KNOXVILLE, Tenn. — The Knox County Health Department realizes the vaccination process is slower than everyone would like.
But the public is gradually getting the shots it needs to combat COVID-19, Health Department Director Dr. Martha Buchanan said Tuesday.
"It's working and we're getting people vaccinated," Buchanan told reporters in the department's twice-weekly briefing. "Yes, we all wish it would go faster."
Considering the county's population, it so far has given at least one dose to 11.8 percent of the population, Buchanan said. That's better than the overall state rate of 10.66 percent, she said.
The county has just gotten permission from Knox County Commission to rent an old Food City on Broadway in North Knoxville that should expedite the distribution of the vaccine. The agreement calls for at least a six-month use at $5,700 a month.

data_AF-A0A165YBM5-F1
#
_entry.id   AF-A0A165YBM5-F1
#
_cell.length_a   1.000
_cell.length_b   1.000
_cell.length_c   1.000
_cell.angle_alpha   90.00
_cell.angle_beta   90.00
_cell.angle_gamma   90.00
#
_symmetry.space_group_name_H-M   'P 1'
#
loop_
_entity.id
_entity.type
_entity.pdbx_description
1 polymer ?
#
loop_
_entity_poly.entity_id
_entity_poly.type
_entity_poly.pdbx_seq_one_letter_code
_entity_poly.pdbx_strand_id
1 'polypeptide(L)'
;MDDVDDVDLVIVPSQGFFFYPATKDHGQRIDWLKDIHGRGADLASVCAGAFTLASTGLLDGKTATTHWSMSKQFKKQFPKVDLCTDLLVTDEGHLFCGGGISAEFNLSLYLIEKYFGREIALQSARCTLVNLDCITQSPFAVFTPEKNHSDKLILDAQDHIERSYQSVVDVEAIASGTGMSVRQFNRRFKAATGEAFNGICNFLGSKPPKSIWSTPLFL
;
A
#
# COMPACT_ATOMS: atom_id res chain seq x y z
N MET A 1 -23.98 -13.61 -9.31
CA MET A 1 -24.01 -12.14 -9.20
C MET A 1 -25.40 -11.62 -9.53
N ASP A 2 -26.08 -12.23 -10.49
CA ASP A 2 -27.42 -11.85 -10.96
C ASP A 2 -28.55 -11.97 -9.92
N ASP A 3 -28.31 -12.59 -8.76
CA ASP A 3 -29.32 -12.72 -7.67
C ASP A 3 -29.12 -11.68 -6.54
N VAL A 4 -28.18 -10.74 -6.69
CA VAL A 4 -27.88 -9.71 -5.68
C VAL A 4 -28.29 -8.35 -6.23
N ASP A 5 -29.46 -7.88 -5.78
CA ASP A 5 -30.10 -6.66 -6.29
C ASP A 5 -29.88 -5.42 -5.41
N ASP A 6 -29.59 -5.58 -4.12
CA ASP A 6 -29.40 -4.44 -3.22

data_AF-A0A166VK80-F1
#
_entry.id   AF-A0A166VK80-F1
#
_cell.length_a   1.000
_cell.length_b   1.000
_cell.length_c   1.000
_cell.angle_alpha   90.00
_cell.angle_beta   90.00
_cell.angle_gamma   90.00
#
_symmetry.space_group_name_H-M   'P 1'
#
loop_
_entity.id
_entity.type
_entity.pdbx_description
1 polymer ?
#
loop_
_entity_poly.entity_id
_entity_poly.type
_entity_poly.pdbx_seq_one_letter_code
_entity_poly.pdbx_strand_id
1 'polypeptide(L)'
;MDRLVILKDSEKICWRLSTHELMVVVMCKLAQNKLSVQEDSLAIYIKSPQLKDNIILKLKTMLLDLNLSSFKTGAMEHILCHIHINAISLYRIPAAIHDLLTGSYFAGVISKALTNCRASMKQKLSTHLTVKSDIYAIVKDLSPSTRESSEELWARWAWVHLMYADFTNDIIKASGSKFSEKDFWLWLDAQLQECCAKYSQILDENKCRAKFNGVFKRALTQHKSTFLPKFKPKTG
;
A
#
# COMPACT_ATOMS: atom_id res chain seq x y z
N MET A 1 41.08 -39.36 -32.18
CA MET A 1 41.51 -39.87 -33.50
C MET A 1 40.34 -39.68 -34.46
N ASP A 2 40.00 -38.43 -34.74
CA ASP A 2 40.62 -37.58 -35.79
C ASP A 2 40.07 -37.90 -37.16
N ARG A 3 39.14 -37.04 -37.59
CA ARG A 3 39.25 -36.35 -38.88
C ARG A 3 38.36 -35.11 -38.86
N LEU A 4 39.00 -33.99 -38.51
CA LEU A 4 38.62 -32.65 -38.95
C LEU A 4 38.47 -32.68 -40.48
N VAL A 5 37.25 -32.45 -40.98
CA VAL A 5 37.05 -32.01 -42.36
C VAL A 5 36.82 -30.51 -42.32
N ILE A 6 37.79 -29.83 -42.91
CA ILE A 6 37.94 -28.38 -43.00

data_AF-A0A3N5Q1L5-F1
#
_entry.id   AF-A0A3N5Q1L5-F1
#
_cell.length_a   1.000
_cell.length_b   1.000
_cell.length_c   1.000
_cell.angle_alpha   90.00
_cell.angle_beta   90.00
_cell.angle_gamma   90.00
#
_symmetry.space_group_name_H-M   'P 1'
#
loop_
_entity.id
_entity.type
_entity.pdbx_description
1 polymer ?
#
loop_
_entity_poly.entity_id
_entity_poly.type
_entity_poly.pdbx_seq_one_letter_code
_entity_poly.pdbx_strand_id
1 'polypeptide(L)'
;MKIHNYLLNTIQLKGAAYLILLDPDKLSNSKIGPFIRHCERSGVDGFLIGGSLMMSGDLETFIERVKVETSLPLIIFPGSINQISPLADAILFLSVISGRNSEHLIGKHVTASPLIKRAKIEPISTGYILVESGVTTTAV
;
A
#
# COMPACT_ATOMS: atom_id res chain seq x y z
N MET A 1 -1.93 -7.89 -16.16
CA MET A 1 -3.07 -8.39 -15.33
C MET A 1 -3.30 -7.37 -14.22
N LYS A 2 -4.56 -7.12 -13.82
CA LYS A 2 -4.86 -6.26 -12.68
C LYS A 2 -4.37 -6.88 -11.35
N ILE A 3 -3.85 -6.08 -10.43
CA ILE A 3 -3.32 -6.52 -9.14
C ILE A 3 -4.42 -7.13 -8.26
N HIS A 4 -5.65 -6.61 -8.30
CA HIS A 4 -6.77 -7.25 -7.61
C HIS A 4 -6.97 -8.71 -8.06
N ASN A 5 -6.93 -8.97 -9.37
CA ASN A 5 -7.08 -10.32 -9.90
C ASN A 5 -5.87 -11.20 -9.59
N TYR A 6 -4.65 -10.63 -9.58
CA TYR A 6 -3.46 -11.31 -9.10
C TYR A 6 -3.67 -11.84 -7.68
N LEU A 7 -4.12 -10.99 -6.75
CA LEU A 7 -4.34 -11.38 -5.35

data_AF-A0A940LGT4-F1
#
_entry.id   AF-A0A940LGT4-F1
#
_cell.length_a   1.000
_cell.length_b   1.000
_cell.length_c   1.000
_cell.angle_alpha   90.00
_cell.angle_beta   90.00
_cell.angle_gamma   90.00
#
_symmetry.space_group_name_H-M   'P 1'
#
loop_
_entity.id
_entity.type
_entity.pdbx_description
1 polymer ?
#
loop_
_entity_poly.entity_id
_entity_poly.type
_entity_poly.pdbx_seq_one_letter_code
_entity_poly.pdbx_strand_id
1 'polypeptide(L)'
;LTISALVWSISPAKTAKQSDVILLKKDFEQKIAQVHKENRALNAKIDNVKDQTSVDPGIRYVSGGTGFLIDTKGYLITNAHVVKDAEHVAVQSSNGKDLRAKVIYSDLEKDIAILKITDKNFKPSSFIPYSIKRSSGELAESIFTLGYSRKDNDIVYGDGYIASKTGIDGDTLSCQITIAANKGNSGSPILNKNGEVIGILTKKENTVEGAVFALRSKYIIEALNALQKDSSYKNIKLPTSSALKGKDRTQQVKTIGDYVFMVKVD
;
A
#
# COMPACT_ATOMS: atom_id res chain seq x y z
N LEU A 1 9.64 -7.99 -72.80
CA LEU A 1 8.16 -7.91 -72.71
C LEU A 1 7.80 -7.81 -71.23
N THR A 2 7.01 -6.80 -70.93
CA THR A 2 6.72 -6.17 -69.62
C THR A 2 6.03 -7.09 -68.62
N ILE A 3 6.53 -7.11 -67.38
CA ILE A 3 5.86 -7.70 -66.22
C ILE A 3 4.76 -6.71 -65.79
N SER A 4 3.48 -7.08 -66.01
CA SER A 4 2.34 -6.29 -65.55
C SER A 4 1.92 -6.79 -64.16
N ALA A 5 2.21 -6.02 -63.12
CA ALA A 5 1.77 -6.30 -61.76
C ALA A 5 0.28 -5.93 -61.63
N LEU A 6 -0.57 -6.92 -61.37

Buchanan said KCHD must get the old store south of the Interstate 640 interchange set up to accommodate vaccine distribution. That's expected in March.
The county will release more details as they become available about the dedicated distribution center.
There are close to 17,000 people now on KCHD's waiting list to get a shot. They include people age 65 and older.
Buchanan cautioned the Health Department isn't the only place to seek out a shot.
The University of Tennessee announced Tuesday it will hold an on-campus clinic Friday, and the University of Tennessee Medical Center also announces occasional vaccine clinics.
Independent pharmacies also can now give out the vaccine and Walmart has an agreement with the federal government to make the vaccine available to qualifying individuals.
Also, East Tennessee Children's Hospital began Monday giving shots to teachers and other education staff who qualify.
Buchanan said somewhere between 5,000 and 7,000 doses are coming to Knox County from the state every week. That then gets divided amongst various distributors.
KCHD gets 1,000 to about 1,500 shots a week to hand out, she said.
Demand exceeds current supply.